America is like an old house built on beautiful but unstable land, journalist and author Isabel Wilkerson said to open the Cornell Center for Social Sciences’ (CCSS) annual Distinguished Lecture in the Social Sciences, Oct. 21.
We didn’t build the home but are responsible for its upkeep, she said, and avoid inspecting a flooded basement, bowed walls or cracked foundation at our own peril.
“Like other old houses, America has an unseen skeleton, a caste system that is as central to its operation as are the studs and joists that we cannot see in the physical buildings we call home,” Wilkerson said, reading from her New York Times bestselling new book, “Caste: The Origins of Our Discontents.”
“Caste is the infrastructure of our divisions,” she said. “It is the architecture of human hierarchy, the subconscious code of instructions for maintaining, in our case, a 400-year-old social order. Looking at caste is like holding the country’s X-ray up to the light.”
A proper reading of the X-ray is critical, Wilkerson said, at a time roiled by protests over police killings of Black Americans and other controversial incidents captured on video, such as a white person’s false report of threats by a Black birdwatcher in Central Park.
In her virtual lecture titled “Our Racial Moment of Truth,” presented in partnership with the Migrations Global Grand Challenge and co-sponsored by the Office of Faculty Development and Diversity, Wilkerson told the audience of more than 3,500 that it’s time to reckon with the “long shadow of the caste system” that long ago defined Blacks as the subordinate group in this country.
“Our era calls for us to look deeper than what we think we can see, to awaken, finally, to the infrastructure that is holding all of us back,” she said.
CCSS co-director Sahara Byrne, professor of communication in the College of Agriculture and Life Sciences, introduced Wilkerson, the winner of a Pulitzer Prize in journalism in 1994 and of the National Book Critics Circle Award in 2010 for her first book, “The Warmth of Other Suns: The Epic Story of American’s Great Migration.” Co-director Peter Enns, associate professor of government in the College of Arts and Sciences, moderated questions.
The concept of caste – which Wilkerson called “the artificial, arbitrary, graded ranking of human value in a society” – sounds foreign to many Americans, she said. During a 1959 visit to India, Martin Luther King Jr. was surprised and initially irritated when a school principal introduced him as a “fellow Untouchable,” or Dalit. But as King came to appreciate, Wilkerson said, the idea and language of caste offer a useful way to understand structural divisions in the United States.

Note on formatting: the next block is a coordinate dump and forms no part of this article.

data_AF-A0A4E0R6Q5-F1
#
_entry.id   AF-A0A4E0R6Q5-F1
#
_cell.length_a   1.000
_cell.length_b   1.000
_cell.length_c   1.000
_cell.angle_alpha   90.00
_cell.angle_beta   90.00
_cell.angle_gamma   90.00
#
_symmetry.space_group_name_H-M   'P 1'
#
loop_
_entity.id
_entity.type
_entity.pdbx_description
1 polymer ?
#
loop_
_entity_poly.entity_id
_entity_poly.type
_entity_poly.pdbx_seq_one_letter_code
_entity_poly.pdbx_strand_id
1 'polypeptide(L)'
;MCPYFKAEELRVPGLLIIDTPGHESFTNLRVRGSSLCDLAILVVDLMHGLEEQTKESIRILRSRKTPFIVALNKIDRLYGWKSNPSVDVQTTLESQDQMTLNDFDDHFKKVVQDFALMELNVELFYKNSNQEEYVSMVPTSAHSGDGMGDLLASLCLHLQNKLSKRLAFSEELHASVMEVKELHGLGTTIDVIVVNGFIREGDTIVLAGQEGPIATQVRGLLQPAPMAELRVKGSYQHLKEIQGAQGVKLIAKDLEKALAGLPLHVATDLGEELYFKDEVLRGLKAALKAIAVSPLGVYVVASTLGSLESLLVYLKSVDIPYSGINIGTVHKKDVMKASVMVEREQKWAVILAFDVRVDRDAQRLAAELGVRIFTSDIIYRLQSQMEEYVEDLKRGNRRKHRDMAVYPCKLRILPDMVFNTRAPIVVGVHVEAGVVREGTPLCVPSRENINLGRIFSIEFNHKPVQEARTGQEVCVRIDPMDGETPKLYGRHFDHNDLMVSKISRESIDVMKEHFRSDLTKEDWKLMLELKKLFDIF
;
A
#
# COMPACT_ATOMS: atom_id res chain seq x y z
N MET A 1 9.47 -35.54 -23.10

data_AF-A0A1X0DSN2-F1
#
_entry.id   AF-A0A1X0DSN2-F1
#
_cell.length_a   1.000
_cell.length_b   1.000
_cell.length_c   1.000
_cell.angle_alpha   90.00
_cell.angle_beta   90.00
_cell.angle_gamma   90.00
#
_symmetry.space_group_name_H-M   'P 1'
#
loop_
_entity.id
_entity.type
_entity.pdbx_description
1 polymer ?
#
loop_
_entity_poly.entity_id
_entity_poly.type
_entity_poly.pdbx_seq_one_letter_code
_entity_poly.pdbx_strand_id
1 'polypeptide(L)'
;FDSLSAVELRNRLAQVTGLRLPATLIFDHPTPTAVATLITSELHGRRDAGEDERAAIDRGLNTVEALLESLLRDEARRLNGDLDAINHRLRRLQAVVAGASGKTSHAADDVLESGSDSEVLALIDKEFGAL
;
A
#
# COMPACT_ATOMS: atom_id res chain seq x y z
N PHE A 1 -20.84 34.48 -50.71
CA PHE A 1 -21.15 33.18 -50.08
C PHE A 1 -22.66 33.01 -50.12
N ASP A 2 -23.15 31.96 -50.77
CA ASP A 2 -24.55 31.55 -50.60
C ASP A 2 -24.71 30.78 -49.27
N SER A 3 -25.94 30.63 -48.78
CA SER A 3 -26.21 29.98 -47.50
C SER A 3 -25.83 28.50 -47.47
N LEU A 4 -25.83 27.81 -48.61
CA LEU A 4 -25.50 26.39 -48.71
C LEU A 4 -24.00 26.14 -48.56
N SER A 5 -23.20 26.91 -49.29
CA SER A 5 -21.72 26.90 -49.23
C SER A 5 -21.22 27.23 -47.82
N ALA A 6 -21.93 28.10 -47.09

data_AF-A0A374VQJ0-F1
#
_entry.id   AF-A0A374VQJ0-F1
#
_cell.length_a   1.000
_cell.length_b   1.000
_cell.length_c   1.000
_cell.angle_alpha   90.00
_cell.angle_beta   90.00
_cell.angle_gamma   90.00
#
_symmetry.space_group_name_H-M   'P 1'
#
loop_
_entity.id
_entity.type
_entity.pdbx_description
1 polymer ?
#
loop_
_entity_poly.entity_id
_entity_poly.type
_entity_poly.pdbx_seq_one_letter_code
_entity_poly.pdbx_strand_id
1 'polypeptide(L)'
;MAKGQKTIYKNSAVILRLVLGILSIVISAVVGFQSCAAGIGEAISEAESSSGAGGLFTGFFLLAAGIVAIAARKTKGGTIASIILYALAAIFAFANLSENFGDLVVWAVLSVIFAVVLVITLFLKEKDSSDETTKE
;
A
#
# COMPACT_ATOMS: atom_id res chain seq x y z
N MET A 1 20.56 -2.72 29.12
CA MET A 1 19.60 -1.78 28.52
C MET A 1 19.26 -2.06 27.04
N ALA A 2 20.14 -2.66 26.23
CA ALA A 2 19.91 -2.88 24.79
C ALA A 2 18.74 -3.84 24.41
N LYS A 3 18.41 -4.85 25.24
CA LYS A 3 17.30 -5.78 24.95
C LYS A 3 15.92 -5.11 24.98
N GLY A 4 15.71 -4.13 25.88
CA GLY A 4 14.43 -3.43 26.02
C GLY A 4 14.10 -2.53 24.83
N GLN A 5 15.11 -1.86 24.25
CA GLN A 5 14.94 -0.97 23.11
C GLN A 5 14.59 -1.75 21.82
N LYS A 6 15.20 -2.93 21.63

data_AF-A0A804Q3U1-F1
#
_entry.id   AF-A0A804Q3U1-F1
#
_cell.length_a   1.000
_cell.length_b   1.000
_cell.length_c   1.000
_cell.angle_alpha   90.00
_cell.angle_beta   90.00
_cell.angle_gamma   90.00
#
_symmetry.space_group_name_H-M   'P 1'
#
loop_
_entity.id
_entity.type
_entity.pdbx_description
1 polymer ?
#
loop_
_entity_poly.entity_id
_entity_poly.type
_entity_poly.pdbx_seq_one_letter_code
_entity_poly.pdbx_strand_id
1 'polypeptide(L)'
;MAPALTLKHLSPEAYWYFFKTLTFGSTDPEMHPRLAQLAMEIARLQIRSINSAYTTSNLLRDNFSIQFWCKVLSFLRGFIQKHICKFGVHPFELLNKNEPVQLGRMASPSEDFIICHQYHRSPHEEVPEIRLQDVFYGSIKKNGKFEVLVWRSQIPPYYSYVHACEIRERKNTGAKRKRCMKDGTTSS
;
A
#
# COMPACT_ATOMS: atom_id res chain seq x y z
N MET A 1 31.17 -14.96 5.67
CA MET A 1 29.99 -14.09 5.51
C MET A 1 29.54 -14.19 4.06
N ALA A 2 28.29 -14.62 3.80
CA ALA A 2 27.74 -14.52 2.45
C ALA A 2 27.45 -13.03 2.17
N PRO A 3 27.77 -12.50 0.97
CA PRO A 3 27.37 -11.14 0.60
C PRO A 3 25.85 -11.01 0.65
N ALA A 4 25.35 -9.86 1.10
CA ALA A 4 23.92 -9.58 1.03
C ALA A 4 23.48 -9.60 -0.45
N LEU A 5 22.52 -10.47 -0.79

The structure was created in colonial Virginia in the early 17th century, when race was still a relatively new social construct, Wilkerson said. Castes could be established by a variety of metrics, she said, but in America “the determining factor early on was what a person looked like.”
If that history seems distant, she said, consider how long slavery endured: Only in 2022 will the United States have existed as an independent nation for as long as slavery existed on its soil. That accounting doesn’t factor in a century of legalized Jim Crow segregation that lasted until federal civil rights legislation finally permitted Blacks as a group to enter the American mainstream in the 1960s.
Consequences of the original caste system are visible today, Wilkerson said: in the videotaped incidents of policing by law enforcement and others seeking to enforce the old social order; in the coronavirus pandemic’s disproportionate toll on communities of color historically relegated to service jobs now deemed “essential”; in the 10-to-1 wealth gap between whites and Blacks, built in part through discriminatory lending practices that denied many Blacks access to government-backed mortgages; and in stereotypes and unconscious bias about who belongs in certain jobs or neighborhoods.
“The idea that people feel the need to assert and control and maintain these ancient hierarchies – we are still living with this today,” she said.
Reading again from “Caste,” Wilkerson described a famous 1936 image of a German shipyard worker who refused to participate in a salute to Hitler – the only member of a large crowd now perceived as being on the right side of history.
“We would like to believe that we would have taken the more difficult path of standing up against injustice in the defense of the outcaste,” she read. “What would it take to be him now?”
A shared and complete understanding of our history would help, Wilkerson said in response to questions. She likened Americans to someone who starts a movie halfway through and can only understand it after seeing the part they missed – in this context, the race-based caste system at the nation’s origins.
“We need desperately to get on the same page,” she said, “and to get to know our country’s history and how we got to where we are.”
Enns thanked Wilkerson for giving the audience the metaphorical first half of the movie – the “home inspection” exposing structural flaws that demand our attention.
“It is our job to take that history, take that building inspection,” he said, “and then work to make a difference with this information.”